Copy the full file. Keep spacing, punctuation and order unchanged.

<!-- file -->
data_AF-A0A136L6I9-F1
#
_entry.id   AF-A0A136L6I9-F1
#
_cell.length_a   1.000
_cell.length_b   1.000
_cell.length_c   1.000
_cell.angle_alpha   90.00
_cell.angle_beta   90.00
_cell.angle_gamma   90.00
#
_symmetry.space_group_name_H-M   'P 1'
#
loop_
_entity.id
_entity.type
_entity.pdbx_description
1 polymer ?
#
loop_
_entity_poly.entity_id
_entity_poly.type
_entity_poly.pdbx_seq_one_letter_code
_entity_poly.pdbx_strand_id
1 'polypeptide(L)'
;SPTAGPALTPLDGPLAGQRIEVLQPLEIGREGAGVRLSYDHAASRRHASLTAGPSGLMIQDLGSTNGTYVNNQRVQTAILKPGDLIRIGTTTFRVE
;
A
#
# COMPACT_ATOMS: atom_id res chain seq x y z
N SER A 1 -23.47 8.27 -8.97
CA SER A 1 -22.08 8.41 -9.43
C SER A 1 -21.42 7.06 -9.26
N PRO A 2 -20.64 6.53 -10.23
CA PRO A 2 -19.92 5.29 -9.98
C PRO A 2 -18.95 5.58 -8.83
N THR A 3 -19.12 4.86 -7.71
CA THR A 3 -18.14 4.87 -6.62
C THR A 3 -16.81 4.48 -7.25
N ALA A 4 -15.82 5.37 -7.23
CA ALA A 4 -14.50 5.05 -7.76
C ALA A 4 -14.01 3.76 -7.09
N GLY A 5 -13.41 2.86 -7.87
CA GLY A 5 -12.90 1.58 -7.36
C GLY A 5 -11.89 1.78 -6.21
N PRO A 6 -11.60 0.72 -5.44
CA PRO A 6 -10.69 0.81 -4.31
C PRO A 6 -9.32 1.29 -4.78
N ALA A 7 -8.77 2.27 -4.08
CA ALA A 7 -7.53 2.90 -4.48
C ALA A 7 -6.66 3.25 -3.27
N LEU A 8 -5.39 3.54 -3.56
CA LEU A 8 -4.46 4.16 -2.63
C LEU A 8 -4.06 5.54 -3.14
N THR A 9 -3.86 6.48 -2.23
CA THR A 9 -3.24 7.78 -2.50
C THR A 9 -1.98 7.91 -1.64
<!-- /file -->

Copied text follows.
data_AF-A0A136L6I9-F1
#
_entry.id   AF-A0A136L6I9-F1
#
_cell.length_a   1.000
_cell.length_b   1.000
_cell.length_c   1.000
_cell.angle_alpha   90.00
_cell.angle_beta   90.00
_cell.angle_gamma   90.00
#
_symmetry.space_group_name_H-M   'P 1'
#
loop_
_entity.id
_entity.type
_entity.pdbx_description
1 polymer ?
#
loop_
_entity_poly.entity_id
_entity_poly.type
_entity_poly.pdbx_seq_one_letter_code
_entity_poly.pdbx_strand_id
1 'polypeptide(L)'
;SPTAGPALTPLDGPLAGQRIEVLQPLEIGREGAGVRLSYDHAASRRHASLTAGPSGLMIQDLGSTNGTYVNNQRVQTAILKPGDLIRIGTTTFRVE
;
A
#
# COMPACT_ATOMS: atom_id res chain seq x y z
N SER A 1 -23.47 8.27 -8.97
CA SER A 1 -22.08 8.41 -9.43
C SER A 1 -21.42 7.06 -9.26
N PRO A 2 -20.64 6.53 -10.23
CA PRO A 2 -19.92 5.29 -9.98
C PRO A 2 -18.95 5.58 -8.83
N THR A 3 -19.12 4.86 -7.71
CA THR A 3 -18.14 4.87 -6.62
C THR A 3 -16.81 4.48 -7.25
N ALA A 4 -15.82 5.37 -7.23
CA ALA A 4 -14.50 5.05 -7.76
C ALA A 4 -14.01 3.76 -7.09
N GLY A 5 -13.41 2.86 -7.87
CA GLY A 5 -12.90 1.58 -7.36
C GLY A 5 -11.89 1.78 -6.21
N PRO A 6 -11.60 0.72 -5.44
CA PRO A 6 -10.69 0.81 -4.31
C PRO A 6 -9.32 1.29 -4.78
N ALA A 7 -8.77 2.27 -4.08
CA ALA A 7 -7.53 2.90 -4.48
C ALA A 7 -6.66 3.25 -3.27
N LEU A 8 -5.39 3.54 -3.56
CA LEU A 8 -4.46 4.16 -2.63
C LEU A 8 -4.06 5.54 -3.14
N THR A 9 -3.86 6.48 -2.23
CA THR A 9 -3.24 7.78 -2.50
C THR A 9 -1.98 7.91 -1.64